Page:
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Vol. 80/No. 7      February 22, 2016

(front page)

Sanders’ socialist reform program aims
to save crises-ridden capitalism

The contest is heating up between socialist Bernie Sanders, who beat former front-runner Hillary Clinton by 22 percentage points in the Feb. 9 New Hampshire Democratic primary, and the Clintons’ pursuit of a third family term for U.S. president.

Billionaire Republican front-runner Donald Trump trounced his opponents with over 35 percent of the vote, more than double any rival. In his New Hampshire victory speech, Trump vowed to be “the greatest jobs president,” stressing one of his key appeals to working people. “Don’t believe those phony figures,” he declared. “If we had 5 percent unemployment do you really think we’d have these gatherings?” The real figure, he suggested, could be as high as 42 percent.

The entry of the Socialist Workers Party campaign of Alyson Kennedy for president and Osborne Hart for vice president now poses a working-class alternative. They call for a break with the Democrats, Republicans and bourgeois candidates of all stripes and, through the course of workers’ struggles, for building an independent working-class political party advancing a fight for workers’ power.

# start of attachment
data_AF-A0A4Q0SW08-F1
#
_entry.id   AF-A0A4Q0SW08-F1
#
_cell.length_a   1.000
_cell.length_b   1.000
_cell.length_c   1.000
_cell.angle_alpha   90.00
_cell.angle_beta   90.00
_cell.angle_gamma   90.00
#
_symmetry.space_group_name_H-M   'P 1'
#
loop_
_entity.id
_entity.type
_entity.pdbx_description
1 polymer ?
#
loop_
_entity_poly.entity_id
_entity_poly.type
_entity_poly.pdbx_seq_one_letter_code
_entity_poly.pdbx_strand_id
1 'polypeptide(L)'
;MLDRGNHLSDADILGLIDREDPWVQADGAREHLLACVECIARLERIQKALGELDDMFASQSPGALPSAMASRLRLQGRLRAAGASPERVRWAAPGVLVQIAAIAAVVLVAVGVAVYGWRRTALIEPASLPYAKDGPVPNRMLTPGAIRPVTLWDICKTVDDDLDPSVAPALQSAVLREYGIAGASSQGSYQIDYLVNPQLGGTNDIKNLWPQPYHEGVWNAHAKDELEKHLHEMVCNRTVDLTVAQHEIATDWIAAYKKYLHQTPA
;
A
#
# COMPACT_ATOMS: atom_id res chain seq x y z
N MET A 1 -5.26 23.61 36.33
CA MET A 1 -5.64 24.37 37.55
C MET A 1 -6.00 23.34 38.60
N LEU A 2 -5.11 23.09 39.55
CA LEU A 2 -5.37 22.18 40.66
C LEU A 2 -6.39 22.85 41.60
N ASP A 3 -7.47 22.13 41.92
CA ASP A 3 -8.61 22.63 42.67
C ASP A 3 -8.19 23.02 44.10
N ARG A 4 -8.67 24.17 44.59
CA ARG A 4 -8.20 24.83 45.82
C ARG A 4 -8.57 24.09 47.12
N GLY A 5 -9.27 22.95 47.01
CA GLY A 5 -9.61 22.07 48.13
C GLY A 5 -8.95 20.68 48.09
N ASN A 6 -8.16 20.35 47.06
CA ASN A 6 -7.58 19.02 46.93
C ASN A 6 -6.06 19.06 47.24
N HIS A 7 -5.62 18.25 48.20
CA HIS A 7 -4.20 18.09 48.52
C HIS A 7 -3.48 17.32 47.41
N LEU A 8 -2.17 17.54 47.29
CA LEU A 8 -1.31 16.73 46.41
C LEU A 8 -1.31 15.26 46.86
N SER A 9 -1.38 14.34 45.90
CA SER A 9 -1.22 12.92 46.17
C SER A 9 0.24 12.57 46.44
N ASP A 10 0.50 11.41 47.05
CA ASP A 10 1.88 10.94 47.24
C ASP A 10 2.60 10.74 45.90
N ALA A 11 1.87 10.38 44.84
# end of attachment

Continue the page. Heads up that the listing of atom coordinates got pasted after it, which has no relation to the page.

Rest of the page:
Sanders’ win underlines the most significant development in the 2016 campaign, one dismissed earlier by bourgeois commentators. He is running as a socialist candidate advancing a program of radical reform to save capitalism.

Something like this hasn’t been seen in U.S. politics for some time, though it isn’t uncommon in other imperialist countries, where social democratic parties have formed governments on and off for decades when the capitalist rulers face a crisis. Sanders’ platform, in fact, is to the left of those of most bourgeois parties in Europe today that go by the name Socialist or Social Democratic.

The response to Sanders reflects growing dissatisfaction among workers and many in the middle class who have faced years of grinding depression conditions as the world capitalist contraction drags on. In his stump speeches Sanders calls for an infrastructure program to put millions of people to work, raising the minimum wage over several years to $15 an hour and making public universities tuition-free.